Sunday, January 27, 2008

A New Home

What at is a home? It is where the heart is? Where you hang your hat? Where you dance around in your underpants?

As human beings we have ways to easily identify ourselves in society. Our home is one of them. For me, living overseas for several years now and shifting geographic locations, I’ve had to re-define what home means to me.

This past Sunday was the first game of the Africa Cup of Nations. The first match of the Ghana hosted tournament was Ghana versus Guinea. I crowded around one of the few TVs in my community to watch the inaugural match. During the match, I was overcome by waves of emotions (and not just due to the numerous missed shots and eventual 2 – 1 victory from Ghana’s Black Stars).

My first day in Ghana I spent the afternoon holed up in a hotel watching a football match and feeling rather sorry for my lonesome bag-less self. This past Sunday, I realized how lucky I was in only a short time to have somehow become “un-lonely”. In contrast to my first day in Ghana, last night I watched a football match sitting next to Faiza and Manshara, two girls who sleep under the same roof as I, and amongst 30 people of the community which recently accepted me as a new member.

Above - In this community making 'gari' a roasted flour from cassava is the primary source of income for women.

I’ve found a new home with fantastic family. First, there's Faiza and Manshara who are 7 and 8 years old and are great fun to play with. Yesterday we spent the day riding my bicycle around town in the blistering heat, laughing all the way as the two of them tried to learn how to ride. In the evenings we sit together and play waori – a Ghanaian board game which is 20% strategy and 80% luck, or at least it is to us!

Close-up on Manshara as Zalaifa and Faiza play waori in the background.

In the mornings I wake up to the chilly weather this time of year brings, but also to warm greetings from Salamatu, the head of the household, who also feels inclined to constantly remind me to bath…at least the water is also warm! Being clean and well-fed I hop on my Japan-made bicycle and travel to work. On the way I pass swarms of children and adults who shout friendly greetings.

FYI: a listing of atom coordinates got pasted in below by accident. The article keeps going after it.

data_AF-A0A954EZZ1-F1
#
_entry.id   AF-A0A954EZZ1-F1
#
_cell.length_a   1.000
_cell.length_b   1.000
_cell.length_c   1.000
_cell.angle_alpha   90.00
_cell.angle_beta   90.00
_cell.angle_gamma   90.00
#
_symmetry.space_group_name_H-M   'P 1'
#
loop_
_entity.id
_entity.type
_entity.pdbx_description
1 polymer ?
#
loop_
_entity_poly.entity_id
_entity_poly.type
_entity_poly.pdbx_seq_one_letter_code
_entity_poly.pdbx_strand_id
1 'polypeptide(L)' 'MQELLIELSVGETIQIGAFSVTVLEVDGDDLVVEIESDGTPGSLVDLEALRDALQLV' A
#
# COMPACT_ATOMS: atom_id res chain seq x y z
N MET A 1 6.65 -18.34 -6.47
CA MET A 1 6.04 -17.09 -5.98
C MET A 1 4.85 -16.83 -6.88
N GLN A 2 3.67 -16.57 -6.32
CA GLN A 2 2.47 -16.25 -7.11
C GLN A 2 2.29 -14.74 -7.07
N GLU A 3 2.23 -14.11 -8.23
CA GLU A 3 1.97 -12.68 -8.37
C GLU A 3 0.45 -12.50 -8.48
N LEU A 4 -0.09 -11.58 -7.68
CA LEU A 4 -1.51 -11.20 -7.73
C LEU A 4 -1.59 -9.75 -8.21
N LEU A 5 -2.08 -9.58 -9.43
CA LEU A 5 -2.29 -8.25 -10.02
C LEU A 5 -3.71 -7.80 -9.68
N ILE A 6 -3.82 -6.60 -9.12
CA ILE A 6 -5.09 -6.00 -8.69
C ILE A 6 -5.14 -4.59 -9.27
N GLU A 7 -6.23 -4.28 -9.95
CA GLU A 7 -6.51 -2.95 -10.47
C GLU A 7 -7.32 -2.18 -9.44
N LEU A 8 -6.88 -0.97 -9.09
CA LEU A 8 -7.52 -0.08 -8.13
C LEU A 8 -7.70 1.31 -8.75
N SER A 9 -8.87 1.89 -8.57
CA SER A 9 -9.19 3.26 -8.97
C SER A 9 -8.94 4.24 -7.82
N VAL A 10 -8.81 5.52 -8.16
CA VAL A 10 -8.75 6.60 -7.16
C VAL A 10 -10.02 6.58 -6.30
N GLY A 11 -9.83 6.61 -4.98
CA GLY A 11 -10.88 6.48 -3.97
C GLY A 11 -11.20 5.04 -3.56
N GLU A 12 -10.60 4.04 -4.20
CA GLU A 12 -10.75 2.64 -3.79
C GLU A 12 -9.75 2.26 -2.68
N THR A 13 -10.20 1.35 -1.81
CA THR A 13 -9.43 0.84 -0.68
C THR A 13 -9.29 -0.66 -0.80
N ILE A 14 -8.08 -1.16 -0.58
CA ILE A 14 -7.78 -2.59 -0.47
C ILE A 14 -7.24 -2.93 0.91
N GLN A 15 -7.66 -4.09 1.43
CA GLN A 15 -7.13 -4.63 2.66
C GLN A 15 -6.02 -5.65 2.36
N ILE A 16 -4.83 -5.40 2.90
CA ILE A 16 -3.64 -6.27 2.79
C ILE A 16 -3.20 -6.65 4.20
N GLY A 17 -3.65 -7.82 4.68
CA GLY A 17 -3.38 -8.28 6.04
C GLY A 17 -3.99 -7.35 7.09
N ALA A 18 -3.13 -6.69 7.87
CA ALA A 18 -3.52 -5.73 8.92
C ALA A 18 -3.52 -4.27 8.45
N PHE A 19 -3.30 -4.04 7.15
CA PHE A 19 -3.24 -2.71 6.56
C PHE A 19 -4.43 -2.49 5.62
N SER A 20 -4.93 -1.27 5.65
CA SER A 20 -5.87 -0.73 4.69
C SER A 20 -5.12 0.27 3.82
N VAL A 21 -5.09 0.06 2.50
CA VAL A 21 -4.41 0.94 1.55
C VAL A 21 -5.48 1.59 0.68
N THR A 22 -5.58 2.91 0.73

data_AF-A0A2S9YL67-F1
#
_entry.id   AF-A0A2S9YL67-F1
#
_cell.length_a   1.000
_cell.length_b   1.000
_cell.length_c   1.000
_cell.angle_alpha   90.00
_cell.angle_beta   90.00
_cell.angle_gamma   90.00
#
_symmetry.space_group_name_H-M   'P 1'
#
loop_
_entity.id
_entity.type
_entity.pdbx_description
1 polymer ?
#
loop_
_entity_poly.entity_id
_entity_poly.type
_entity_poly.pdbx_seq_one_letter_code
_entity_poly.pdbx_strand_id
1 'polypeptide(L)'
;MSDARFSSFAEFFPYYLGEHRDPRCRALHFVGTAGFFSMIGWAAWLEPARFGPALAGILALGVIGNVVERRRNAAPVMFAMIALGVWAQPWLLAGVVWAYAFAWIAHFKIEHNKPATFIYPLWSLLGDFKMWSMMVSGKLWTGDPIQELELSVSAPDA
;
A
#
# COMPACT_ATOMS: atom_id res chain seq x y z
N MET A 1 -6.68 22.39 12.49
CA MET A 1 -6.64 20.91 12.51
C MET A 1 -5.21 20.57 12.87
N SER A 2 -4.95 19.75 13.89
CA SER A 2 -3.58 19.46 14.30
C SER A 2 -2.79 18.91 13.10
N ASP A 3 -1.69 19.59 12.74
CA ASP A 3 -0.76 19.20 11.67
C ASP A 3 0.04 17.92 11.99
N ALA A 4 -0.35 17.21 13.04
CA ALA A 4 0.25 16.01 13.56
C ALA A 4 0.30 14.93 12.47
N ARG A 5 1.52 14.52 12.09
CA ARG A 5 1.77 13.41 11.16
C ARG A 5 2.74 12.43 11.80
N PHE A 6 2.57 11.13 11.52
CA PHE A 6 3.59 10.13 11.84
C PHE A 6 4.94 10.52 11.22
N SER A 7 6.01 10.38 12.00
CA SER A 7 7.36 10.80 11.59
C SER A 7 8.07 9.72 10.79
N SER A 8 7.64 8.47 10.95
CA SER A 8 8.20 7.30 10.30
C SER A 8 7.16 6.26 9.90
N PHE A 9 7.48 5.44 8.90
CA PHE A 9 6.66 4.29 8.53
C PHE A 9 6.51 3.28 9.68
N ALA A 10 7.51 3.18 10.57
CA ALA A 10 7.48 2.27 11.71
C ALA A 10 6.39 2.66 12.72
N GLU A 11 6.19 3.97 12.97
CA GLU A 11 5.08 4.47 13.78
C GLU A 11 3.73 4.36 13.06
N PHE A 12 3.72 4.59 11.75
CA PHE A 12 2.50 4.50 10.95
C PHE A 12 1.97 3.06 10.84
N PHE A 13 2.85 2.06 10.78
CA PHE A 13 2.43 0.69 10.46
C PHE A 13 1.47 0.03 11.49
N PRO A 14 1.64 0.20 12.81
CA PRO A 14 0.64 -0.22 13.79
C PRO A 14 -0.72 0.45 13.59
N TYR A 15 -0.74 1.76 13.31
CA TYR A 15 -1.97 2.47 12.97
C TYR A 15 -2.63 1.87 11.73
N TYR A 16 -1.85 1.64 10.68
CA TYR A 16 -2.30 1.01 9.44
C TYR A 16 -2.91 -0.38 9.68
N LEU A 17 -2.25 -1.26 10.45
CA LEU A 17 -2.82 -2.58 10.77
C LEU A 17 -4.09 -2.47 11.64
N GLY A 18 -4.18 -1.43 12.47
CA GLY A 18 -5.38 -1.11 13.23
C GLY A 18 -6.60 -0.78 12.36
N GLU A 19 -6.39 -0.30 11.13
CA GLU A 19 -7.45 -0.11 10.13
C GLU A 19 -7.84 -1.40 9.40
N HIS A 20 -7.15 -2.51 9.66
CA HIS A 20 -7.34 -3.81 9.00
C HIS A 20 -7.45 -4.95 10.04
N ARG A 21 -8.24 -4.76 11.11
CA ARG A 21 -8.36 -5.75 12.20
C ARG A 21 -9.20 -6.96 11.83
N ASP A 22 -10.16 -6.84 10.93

Salamatu and Zalaifa prepare a delicious bean cake called tubani

In the evenings I come home to Zalaifa, the hard-working 19 year old who is usually stirring supper or sweeping the yard. She is always patient with my eager yet clumsy attempts to cook, speak the local language (Gonja) and question her about her culture.

Zalaifa stirs TZ - the most common staple dish in Northern Ghana. In this area it's made with maize and cassava flour. Stirring it is really tough work!

I really love it here and am blessed to have found a family and a community that has welcomed me so acceptingly. And for now, as I keep up home in Saskatoon through emails and phone calls, I will also enjoy this new home that has been added to the patchwork of homes that sometimes defines who I am.

Posing with Manshara - she's dressed up because it's market day and we're going!

Saturday, January 12, 2008

Corrected Blog Address

Here's the correct address for my friend Dan's blog (referenced in the blog titled 'Top Down or Bottom Up'). We just updated it so definitely encourage you to check it out if you're interested in a home-grown education focused project!